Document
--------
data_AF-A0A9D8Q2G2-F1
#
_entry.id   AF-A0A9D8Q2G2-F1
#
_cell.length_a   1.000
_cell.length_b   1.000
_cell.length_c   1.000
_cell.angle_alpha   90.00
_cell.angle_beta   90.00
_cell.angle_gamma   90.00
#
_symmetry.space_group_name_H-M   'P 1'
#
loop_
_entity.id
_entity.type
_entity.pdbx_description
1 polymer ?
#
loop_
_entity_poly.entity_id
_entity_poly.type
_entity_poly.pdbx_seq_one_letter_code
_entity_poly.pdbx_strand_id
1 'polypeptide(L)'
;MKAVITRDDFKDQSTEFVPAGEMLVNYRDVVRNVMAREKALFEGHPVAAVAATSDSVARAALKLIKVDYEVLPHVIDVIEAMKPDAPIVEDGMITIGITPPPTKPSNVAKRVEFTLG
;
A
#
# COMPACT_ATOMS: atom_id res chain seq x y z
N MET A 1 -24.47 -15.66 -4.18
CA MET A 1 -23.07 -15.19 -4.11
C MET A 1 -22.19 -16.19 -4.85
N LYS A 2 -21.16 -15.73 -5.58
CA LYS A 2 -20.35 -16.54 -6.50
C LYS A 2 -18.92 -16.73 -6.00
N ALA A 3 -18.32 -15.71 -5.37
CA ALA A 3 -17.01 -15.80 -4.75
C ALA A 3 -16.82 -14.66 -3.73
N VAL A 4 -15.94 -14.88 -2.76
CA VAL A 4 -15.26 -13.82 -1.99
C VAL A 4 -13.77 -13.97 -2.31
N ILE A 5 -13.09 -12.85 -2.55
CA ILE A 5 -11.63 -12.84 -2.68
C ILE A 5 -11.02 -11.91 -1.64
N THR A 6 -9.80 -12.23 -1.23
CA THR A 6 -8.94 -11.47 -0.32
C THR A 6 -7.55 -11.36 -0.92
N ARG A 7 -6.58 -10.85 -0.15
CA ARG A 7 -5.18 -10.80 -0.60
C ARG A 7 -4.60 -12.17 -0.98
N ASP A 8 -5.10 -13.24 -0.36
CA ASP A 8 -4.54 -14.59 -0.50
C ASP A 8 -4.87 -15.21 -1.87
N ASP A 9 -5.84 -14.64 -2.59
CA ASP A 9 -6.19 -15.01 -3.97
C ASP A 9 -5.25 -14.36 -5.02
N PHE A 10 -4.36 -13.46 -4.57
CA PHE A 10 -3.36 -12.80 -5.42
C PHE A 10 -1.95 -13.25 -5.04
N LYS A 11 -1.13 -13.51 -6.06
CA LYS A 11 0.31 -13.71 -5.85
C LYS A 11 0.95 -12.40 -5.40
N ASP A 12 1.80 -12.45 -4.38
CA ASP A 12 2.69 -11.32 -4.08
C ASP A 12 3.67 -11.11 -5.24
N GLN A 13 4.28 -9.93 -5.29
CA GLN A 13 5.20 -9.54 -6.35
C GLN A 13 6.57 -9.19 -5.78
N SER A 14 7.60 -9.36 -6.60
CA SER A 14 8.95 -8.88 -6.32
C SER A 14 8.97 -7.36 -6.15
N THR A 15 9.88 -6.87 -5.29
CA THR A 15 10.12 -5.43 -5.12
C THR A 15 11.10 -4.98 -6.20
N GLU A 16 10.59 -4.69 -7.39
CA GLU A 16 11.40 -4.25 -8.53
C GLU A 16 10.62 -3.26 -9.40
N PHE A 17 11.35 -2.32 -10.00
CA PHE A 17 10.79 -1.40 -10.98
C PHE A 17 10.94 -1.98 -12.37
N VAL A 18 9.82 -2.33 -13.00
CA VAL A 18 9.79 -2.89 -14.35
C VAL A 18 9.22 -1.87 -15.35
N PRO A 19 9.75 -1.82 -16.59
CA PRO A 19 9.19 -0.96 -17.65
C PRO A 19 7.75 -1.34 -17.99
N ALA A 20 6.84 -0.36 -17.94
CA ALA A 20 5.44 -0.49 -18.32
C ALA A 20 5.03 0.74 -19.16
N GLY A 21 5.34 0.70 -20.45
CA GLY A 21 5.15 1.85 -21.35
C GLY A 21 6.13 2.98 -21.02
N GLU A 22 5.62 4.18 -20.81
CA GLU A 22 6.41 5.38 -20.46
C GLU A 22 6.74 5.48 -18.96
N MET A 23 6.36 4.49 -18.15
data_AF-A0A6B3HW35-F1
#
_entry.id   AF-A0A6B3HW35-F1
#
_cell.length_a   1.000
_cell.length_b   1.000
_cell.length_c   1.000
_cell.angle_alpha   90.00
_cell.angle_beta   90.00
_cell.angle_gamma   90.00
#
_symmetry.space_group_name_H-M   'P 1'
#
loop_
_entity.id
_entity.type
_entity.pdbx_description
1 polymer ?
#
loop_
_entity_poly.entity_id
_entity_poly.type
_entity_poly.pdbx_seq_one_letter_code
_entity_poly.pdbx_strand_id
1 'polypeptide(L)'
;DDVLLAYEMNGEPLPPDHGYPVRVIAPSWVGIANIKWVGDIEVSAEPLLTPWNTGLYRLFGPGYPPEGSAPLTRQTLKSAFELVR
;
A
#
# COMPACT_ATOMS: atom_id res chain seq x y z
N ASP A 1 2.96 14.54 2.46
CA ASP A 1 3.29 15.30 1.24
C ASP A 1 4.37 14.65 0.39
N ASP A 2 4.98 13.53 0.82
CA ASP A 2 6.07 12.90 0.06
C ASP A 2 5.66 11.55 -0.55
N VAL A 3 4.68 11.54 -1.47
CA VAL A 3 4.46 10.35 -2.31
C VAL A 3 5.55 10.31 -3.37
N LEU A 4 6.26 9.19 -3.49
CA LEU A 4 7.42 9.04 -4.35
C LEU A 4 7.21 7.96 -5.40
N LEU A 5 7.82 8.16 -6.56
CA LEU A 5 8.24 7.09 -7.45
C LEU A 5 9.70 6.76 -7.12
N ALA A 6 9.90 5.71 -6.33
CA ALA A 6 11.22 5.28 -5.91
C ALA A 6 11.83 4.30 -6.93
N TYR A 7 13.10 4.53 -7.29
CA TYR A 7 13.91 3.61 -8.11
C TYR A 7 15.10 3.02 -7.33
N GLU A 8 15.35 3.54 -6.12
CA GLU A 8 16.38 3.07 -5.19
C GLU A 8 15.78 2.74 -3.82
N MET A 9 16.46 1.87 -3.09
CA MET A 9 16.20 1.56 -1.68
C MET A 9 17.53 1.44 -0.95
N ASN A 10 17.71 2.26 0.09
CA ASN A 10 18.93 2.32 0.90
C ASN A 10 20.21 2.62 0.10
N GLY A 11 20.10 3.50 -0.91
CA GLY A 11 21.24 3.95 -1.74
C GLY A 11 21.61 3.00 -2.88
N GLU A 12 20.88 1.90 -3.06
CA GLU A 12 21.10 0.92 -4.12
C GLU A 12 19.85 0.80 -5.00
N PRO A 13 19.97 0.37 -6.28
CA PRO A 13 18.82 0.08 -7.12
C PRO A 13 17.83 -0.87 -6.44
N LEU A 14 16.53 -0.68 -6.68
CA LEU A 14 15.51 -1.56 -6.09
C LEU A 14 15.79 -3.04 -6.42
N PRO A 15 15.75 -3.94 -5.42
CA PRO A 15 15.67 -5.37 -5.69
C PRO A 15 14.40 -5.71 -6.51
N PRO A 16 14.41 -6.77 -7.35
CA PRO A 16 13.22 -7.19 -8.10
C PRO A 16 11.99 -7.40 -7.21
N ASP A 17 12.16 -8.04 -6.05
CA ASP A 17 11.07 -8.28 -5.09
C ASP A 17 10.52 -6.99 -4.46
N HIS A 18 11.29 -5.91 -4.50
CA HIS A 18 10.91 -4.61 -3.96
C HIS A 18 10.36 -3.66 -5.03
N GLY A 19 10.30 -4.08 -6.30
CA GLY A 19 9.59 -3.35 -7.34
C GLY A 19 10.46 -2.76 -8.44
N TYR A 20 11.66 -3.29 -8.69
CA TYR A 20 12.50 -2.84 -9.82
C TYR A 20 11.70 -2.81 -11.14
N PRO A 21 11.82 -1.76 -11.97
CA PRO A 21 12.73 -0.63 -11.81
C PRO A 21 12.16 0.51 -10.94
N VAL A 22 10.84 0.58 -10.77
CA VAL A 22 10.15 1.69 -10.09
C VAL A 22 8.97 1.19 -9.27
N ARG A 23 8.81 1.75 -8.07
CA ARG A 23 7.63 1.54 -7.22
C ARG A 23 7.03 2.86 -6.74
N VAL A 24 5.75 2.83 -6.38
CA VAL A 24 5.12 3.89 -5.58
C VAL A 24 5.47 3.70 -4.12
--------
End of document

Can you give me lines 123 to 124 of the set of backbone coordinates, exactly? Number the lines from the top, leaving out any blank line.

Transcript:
;DDVLLAYEMNGEPLPPDHGYPVRVIAPSWVGIANIKWVGDIEVSAEPLLTPWNTGLYRLFGPGYPPEGSAPLTRQTLKSAFELVR
;